Review: Camila Cabello’s new album is full of boring ballads, lacks bangers
Pop singer Camila Cabello dropped her sophomore album 'Romance' on Friday (Photo via Wikimedia Commons).
Did you know Camila Cabello is in love? If you didn’t, one listen through her new album Romance, will make it clear.
More or less an ode to her beautiful, beautiful boyfriend Shawn Mendes, Romance ultimately reads like one of the most generic love records I can think of. For someone as vocally gifted as Camila to make such underwhelming music is truly a tragedy in and of itself.
The opening track “Shameless,” starts the album off on a strong note. With just a single guitar to start, the song slowly builds into a chaotic crescendo that results in a chorus worth belting.
However, the track immediately after is nowhere near as good. If I’m being honest, I am physically incapable of listening to “Living Proof” the whole way through. Something about the syncopation of the different beats is so terribly off that listening to it makes me simultaneously anxious, nauseous and question my interest in writing about music.
The Shawn Mendes duet “Señorita,” while perhaps one of the most overplayed tracks of the year, is one of the catchier ones on Romance. Does it somewhat come off as the fetishization of Camila’s identity as a Latina woman? Maybe.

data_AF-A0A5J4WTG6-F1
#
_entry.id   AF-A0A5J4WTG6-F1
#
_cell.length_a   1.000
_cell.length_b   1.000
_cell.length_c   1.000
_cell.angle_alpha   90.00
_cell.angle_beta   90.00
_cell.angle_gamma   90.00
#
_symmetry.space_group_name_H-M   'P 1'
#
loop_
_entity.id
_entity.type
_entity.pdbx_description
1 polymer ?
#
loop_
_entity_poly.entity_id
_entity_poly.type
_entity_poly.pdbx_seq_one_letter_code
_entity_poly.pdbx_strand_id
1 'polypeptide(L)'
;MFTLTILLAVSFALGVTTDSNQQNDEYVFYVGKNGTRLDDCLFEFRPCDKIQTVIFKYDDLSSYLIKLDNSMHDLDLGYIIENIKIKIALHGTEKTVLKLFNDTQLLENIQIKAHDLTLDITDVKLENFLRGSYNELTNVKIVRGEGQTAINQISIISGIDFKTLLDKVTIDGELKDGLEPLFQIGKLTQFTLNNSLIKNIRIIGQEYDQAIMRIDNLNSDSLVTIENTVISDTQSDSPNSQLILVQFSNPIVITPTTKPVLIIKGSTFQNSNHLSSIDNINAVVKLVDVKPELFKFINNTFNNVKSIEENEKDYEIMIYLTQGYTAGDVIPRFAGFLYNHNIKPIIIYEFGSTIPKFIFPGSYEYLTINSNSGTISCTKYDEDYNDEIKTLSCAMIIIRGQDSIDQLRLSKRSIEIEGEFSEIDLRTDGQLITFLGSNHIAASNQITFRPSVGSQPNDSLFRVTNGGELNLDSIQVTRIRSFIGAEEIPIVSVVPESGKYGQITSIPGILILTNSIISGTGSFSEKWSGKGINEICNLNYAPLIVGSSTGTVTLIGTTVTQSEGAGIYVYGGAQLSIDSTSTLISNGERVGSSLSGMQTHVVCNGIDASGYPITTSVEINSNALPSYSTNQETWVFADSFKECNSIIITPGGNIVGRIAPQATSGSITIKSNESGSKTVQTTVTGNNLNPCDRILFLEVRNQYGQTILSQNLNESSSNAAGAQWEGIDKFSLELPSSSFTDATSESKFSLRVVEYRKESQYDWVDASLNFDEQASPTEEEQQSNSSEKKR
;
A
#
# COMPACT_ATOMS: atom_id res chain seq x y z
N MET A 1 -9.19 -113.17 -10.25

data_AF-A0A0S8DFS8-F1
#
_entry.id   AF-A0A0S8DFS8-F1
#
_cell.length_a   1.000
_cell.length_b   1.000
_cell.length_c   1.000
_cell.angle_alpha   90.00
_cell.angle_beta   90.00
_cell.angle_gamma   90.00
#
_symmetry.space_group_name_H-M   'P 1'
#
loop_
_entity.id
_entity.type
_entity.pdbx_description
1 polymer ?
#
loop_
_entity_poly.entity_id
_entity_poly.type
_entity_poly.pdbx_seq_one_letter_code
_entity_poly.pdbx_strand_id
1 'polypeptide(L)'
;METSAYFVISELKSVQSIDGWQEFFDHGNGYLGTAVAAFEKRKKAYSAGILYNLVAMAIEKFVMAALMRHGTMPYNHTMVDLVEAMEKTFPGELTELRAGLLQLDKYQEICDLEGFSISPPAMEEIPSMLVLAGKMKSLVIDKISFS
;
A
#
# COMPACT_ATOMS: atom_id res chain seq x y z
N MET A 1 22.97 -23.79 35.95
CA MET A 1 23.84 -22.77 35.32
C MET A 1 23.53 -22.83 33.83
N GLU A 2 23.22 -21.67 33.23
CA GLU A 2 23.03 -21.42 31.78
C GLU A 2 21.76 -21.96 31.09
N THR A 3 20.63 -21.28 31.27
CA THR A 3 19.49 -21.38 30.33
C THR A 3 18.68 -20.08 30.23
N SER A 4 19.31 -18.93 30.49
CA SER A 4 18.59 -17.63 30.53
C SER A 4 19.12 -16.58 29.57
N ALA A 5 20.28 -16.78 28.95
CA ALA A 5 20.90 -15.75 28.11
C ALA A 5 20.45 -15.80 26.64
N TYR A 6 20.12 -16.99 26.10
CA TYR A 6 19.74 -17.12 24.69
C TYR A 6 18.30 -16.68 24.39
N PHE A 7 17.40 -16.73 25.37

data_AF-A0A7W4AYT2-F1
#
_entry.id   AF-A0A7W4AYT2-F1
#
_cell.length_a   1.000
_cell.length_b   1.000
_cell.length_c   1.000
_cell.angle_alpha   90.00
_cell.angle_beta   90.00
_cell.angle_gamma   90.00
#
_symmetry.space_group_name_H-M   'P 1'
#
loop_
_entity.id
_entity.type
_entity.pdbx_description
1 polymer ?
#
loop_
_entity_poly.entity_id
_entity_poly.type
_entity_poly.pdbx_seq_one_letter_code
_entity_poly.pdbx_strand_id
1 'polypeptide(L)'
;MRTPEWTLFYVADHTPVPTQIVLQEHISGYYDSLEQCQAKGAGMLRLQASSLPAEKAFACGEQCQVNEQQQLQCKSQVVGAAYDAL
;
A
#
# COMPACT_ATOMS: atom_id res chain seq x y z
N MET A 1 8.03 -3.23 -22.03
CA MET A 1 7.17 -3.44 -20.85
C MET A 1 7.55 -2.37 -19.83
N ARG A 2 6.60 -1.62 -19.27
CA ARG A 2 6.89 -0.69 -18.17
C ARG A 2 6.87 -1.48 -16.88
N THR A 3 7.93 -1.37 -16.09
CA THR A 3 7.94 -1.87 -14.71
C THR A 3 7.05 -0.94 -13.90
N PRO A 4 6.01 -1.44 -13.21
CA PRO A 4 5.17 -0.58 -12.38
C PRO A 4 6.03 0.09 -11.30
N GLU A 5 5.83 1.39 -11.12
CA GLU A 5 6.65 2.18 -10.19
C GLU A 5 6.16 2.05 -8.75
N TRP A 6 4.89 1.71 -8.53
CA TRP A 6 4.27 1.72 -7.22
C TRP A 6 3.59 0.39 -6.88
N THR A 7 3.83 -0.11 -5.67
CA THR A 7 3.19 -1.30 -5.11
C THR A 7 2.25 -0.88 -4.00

DaBaby pops up for a feature on “My Oh My,” which comes off as equal parts random and uncomfortable. The song is all over the place and DaBaby’s sudden verse is straight-up jarring — quite a shame because his features usually bring me nothing but joy.
Other tracks that are fairly decent are “Liar” and “Bad Kind of Butterflies.” “Liar” is a sassy Latinx kissoff that makes you want to dance, and “Bad Kind of Butterflies” is a strangely exciting yet tense song where the pensive high notes on the chorus make you feel like you’re in a scary movie, though it may not quite coincide with the theme of the song.
As far as the latter half of the album goes, none of the songs really feel differentiated from one another, with the exception of maybe “Cry for Me,” an unapologetically petty bop where Camila wants to see her ex suffer over her.
However, far too many ballads on the record make you yearn for something just a tad upbeat and reminiscent of her smash hit “Havana.” After multiple listenings, it’s hard to make out the differences between “Dream Of You,” “This Love” and “Used To This,” all of which are titled like something you’ve seen before.
Romance fails to strike a “Havana” moment — pure fun to listen to on repeat. Camila’s voice is so strong but it seems like she’s playing it safe by arranging so many songs that sound so similar to each other.
I won’t lie, there are some redeemable songs on here, such as “Shameless,” “Liar” and “Bad Kind of Butterflies,” as well as “Should’ve Said It.” None of them are ones I’d go out of my way to listen to again, but I wouldn’t skip them if they ended up on a playlist.
There are so many songs here that fail to make any sort of impression and that’s the lasting stance I’m left with for the album as a whole. Too many bad apples weigh this tree down.